Its other key ingredients Black Cherry Extract and Celadrin (esterified fatty acids) are not backed up by clinical research and were therefore not included in the tally. It is also missing several key joint and cartilage micronutrients such as omega-3s, pine bark extract, collagen, hyaluronic acid, SAMe, vitamin E, copper and zinc among them.
Advanced Therapeutics Ultra Rx-Joint is a popular joint supplement in the United States.
4th place: Revive Active Premium Joint Complex
Revive Active Premium Joint Complex scored 70 points and costs £37.50 per month. Shipping is FREE with amazon prime. It comes in daily powder sachets, which can be mixed with water, juice or smoothies.
Produced in the USA and due to its powder format, it scored well due with its unusually high MSM and collagen amounts amongst standard Glucosamine and Chondroitin dosages.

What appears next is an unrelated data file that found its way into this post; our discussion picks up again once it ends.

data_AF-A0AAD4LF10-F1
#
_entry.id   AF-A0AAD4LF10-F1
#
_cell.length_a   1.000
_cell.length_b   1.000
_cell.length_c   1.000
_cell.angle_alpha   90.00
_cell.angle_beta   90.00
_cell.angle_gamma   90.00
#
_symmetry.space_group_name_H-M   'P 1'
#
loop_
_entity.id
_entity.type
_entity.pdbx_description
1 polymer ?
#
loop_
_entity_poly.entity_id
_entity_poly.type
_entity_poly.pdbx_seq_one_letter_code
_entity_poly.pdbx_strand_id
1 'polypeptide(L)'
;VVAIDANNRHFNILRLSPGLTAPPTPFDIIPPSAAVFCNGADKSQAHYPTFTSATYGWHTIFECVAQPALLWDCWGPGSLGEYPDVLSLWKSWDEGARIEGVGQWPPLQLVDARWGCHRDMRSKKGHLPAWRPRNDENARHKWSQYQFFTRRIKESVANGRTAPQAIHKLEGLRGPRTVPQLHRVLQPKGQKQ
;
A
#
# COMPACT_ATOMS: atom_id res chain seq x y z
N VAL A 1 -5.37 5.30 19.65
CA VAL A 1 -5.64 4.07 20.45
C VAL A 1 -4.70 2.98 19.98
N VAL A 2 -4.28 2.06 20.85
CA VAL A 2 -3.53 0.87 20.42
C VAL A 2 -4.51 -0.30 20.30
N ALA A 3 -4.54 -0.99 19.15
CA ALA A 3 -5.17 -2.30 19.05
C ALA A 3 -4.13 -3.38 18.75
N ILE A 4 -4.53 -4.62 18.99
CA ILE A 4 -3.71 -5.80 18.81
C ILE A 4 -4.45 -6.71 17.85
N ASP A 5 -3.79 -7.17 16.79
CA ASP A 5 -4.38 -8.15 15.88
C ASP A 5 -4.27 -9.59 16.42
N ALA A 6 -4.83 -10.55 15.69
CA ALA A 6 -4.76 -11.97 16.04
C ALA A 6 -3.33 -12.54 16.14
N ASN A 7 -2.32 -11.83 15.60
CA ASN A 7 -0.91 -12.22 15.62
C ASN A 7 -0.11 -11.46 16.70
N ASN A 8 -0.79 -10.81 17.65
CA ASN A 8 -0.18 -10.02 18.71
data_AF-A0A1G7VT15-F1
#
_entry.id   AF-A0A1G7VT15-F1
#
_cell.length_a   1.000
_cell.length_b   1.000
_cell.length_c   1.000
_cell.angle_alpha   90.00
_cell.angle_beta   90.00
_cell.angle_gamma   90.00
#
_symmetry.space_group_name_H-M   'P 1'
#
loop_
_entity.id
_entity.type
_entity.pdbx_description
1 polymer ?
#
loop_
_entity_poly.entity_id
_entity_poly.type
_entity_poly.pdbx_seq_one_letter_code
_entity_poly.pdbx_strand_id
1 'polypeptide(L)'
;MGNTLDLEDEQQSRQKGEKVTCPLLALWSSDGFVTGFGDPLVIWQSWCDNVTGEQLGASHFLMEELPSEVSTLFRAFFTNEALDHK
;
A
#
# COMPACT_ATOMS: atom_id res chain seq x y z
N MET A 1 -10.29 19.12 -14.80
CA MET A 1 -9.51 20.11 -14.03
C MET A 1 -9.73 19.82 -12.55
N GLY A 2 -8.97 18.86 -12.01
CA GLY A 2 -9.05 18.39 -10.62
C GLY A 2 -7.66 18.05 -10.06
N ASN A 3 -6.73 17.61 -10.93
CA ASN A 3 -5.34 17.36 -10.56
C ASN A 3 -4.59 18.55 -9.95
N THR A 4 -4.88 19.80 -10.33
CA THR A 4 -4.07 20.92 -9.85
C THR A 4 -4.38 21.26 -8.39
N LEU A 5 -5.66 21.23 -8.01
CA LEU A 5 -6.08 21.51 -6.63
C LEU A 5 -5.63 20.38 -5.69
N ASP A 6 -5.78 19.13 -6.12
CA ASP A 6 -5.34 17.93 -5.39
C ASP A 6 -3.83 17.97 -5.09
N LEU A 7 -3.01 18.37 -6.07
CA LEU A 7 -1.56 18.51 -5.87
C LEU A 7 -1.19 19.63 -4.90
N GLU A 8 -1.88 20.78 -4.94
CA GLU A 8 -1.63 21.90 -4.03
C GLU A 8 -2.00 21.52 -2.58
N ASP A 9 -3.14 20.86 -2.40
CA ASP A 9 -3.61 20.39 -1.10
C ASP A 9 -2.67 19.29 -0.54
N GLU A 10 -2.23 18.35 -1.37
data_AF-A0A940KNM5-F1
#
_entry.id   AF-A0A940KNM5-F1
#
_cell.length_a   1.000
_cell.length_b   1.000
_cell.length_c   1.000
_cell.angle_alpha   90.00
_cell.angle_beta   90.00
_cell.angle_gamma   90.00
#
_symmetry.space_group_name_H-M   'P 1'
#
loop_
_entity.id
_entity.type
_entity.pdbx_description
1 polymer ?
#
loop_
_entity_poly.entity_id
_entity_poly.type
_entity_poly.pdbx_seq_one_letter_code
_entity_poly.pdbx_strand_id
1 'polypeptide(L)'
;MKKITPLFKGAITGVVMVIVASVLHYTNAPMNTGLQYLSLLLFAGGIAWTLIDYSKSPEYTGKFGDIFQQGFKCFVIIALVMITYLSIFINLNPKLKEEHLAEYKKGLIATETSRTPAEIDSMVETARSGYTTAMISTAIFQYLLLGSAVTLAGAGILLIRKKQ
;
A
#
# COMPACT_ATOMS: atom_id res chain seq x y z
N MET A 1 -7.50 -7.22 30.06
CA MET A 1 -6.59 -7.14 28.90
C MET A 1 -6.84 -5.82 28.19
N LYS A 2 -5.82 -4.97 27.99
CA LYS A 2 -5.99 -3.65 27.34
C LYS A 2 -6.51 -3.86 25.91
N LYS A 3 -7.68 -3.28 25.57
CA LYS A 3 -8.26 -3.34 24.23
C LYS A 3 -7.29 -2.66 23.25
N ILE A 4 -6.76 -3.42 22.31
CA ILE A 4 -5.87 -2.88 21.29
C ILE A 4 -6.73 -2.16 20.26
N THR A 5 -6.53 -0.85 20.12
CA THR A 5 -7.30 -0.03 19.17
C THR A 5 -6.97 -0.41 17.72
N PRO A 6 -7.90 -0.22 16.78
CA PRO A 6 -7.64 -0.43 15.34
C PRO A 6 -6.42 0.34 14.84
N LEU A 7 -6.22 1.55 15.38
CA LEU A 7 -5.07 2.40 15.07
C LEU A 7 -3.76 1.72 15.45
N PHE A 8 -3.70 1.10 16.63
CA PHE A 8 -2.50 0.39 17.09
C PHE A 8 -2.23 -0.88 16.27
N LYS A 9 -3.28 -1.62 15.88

It does lack omega-3 fatty acids, strong antioxidants, amino acids, vitamin D, vitamin E, zinc or selenium and therefore many key joint nutrients.
The sachet format, however, represents a convenient alternative for those preferring to avoid having to swallow capsules whilst missing out on a few nutrients.
Met-Rx Super Joint Guard has 63 points, because of its good array of vitamins and essential fats. Unfortunately, they are “bundled” into an untransparent proprietary mix so individual dosages are unavailable and the points were lost as a result. They are also mostly dosed far too low compared to dosages used in clinical studies to make any sort of impact.
It does include a good quantity of Glucosamine sulfate and Chondroiton sulfate and even Hyaluronic acid, but it is lacking in trace minerals lacking zinc and selenium altogether.